Meditation for Thursday 16th June 2022

I have often heard it said by critics that the practice of meditation is passive. My experience is that meditation is an active pursuit requiring a great deal of passion and energy. If it becomes humdrum and a matter of routine rather than inspirational then it probably is passive. But when meditation is an act of love which we intentionally share it becomes an active communitarian quest and one that benefits ourselves and others.

You might ask how meditation practiced in the solitude of your home can possibly affect others? The same question might well be asked of the cloistered monk or nun, whether they be Buddhist, Christian or Hindu, or the solitary who choses a hermit- like lifestyle. The answer often given is that by their presence in the world we are comforted in our quest to cultivate our inner life, our interiority.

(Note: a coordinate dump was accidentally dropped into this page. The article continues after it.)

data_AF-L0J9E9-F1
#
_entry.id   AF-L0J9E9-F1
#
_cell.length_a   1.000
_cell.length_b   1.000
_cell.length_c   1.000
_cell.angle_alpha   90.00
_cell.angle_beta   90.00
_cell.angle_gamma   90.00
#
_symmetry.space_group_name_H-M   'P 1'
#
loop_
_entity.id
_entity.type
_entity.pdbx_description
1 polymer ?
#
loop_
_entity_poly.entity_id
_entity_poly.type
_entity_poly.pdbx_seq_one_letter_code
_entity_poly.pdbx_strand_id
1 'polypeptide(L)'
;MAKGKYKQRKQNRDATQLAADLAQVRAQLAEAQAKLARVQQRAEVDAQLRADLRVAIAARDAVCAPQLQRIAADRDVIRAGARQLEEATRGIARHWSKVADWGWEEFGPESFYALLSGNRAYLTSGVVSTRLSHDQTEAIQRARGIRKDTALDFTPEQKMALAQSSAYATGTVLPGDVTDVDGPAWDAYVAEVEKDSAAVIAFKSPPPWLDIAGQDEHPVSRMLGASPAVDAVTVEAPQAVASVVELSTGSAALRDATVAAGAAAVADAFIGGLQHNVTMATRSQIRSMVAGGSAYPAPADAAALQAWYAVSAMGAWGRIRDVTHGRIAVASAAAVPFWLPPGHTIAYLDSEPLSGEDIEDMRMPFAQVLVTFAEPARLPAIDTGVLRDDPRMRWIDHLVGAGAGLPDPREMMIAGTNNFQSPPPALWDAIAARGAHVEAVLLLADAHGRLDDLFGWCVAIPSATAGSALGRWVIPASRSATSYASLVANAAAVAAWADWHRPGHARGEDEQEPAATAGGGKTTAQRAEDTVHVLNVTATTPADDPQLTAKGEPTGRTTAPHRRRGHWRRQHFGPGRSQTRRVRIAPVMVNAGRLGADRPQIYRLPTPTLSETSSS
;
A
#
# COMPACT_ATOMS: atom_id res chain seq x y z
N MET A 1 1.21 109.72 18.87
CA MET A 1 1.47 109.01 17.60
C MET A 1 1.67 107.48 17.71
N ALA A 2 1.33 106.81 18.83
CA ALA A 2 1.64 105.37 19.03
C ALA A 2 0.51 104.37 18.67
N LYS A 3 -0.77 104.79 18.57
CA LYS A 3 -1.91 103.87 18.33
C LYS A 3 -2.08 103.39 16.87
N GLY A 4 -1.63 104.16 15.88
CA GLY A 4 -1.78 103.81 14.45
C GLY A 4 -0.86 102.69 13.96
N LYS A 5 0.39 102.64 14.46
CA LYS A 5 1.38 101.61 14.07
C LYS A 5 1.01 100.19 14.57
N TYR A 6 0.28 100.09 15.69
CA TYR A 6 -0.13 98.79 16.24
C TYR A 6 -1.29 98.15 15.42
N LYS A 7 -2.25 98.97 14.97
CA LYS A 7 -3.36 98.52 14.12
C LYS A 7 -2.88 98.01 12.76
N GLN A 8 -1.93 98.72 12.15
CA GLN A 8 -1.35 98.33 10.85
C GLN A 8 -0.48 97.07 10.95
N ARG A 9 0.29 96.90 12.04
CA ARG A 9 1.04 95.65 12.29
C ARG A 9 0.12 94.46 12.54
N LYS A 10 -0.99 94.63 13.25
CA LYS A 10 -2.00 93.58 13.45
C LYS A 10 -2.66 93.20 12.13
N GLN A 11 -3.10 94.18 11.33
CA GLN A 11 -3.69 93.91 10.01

A Hindu nun who lived as a hermit in the bush outside of Sydney once suggested to me that there is a hermit niggling away inside each of us. When we practice regularly we can easily connect with that inner-hermit even if it is for just a few minutes. The same nun told me it was of no concern if people didn’t visit as she was supported by the fact that people knew she was there.

Like the cloistered nun or monk’s contemplative practices our meditation is both solitary and communitarian. Like the solitary’s contemplative practices our meditation is energetic, passionate and active. Although we describe meditation with terms such as being in the present moment it is in this moment that we are energetic. Sometimes we say that meditation allows us ‘to be’ rather than ‘to do’. Whilst there is truth in this comment it simply means that the ‘being’ is active. The word meditation is a noun, let’s make it a verb….                                             


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